- Justice Arun Mishra’s controversial tenure epitomised the worst tendencies of the current Supreme Court. He never sat alone. All his decisions – the best and the worst – were enabled and approved by fellow judges, write Anup Surendranath, Aparna Chandra and Suchindran Baskar Narayan in Article 14.
- By ordering the removal of 48,000 hutments along Delhi’s railway tracks in the middle of the Covid-19 pandemic, the Supreme Court has endangered the lives and failed to uphold the interconnected rights, of these dwellers, argues Rishika Saghal in Indian Constitutional Law and Philosophy.
- Predictably, both the Congress and Bharatiya Janata Party are claiming to be victim of Facebook’s censorship policy, says Pratap Bhanu Mehta on the recent controversies of political bias in the popular social networking site. But the truth is this: Censorship, whether public or private, will always invite charges of partisanship.
- The decision to drop Question Hour in the upcoming Parliament session goes against the grain of democracy. Question Hour helps the government feel the pulse of the nation, argues former Vice President Hamid Ansari in The Hindu.
- India’s GDP dipped by 23% in the first quarter of 2020 compared to the previous year. But given that the numbers do not properly reflect the unorganised sector, there may be further downward revisions, says Arun Kumar in The Wire.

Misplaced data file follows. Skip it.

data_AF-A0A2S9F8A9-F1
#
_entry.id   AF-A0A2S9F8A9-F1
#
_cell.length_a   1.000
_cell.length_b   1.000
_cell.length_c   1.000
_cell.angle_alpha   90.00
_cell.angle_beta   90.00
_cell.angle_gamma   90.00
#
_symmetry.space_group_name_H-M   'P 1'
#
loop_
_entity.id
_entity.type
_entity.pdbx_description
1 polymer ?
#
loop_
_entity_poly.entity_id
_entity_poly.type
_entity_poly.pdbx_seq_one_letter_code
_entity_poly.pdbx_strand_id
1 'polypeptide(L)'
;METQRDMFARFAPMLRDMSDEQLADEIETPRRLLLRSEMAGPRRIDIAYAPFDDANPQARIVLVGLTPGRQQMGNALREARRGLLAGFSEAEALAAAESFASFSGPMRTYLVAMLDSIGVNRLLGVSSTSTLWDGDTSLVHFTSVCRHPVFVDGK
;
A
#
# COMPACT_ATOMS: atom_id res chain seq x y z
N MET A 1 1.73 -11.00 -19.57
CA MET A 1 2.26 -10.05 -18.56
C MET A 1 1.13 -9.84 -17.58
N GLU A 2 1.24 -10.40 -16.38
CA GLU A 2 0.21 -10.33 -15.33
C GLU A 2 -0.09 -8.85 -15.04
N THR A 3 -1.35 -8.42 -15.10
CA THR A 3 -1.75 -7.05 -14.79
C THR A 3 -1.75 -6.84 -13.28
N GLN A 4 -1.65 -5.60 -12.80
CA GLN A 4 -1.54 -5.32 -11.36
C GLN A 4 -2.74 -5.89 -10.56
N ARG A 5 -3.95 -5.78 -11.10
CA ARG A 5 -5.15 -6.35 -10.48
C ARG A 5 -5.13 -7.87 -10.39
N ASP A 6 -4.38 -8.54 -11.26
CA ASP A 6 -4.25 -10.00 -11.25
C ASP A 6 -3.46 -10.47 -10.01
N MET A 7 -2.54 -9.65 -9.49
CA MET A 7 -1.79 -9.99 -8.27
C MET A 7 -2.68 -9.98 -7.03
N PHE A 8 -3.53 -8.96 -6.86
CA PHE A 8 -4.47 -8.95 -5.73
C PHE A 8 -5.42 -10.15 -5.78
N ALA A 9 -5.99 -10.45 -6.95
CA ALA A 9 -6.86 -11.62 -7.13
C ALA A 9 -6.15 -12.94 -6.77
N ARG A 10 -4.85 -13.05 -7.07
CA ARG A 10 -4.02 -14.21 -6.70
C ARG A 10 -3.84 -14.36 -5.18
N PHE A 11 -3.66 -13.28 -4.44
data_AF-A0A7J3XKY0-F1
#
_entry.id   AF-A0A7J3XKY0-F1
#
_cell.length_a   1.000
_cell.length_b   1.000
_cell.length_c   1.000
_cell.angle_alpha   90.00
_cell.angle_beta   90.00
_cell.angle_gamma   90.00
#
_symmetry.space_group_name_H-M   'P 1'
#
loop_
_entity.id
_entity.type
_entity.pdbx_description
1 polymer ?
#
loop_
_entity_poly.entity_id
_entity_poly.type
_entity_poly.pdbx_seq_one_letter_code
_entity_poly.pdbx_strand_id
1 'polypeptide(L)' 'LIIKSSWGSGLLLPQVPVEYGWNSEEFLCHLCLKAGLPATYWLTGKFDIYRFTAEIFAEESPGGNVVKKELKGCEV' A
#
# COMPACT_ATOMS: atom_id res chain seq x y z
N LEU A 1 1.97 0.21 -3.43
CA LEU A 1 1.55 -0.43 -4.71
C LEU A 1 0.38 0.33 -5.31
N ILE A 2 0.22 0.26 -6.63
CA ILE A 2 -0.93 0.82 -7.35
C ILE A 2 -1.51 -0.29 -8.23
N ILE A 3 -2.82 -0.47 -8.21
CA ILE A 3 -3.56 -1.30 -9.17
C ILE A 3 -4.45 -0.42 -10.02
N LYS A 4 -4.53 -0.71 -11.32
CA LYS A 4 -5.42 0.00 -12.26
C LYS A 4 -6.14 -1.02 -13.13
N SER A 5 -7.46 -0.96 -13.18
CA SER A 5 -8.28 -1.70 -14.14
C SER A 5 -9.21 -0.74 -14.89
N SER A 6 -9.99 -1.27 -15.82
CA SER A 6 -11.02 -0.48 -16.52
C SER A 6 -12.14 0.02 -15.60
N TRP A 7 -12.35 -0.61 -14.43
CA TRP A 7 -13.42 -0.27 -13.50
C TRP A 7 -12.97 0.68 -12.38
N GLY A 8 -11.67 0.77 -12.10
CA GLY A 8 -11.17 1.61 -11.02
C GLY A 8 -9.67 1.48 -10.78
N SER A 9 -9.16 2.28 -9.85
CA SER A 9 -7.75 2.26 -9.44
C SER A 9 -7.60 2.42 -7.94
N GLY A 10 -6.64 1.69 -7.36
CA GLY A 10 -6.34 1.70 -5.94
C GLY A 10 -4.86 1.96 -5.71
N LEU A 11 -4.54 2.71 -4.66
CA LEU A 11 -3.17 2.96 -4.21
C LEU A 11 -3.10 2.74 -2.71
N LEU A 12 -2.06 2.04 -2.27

- Given that the opinion polls suggest Donald Trump cannot win a straight fight in the November elections, his next best scenario is to creare a cloud of confusion and doubt over the November result, says Jonathan Freedland in The Guardian.
- In 2017, the New York Times dissolved its copy desk, possibly permitting more typos to slip through. Meet the anonymous lawyer who’s correcting the paper of record one untactful tweet at a time in this profile on The Ringer.
- Young Indians are turning online detectives to try and crack missing person cases abroad, reports Anu Prabhakar in Huffpost India. They pore over social media accounts and other information online to find clues that could help them win global competitions.
- Recently declassified White House tapes reveal how President Nixon’s racism and misogyny led him to ignore the genocidal violence of the Pakistani military in what is today Bangladesh, writes Gary J Bass in The New York Times.
- Henry Wallace was an ambitious left-winger in Roosevelt’s Democratic Party who, as secretary of agriculture and then as vice president, helped make radical the New Deal of the 1930s. His ultimate defeat by the right of his own party shows the obstacles the insurgent left has always faced within the Democratic Party, argues Paul Heideman in Jacobin.
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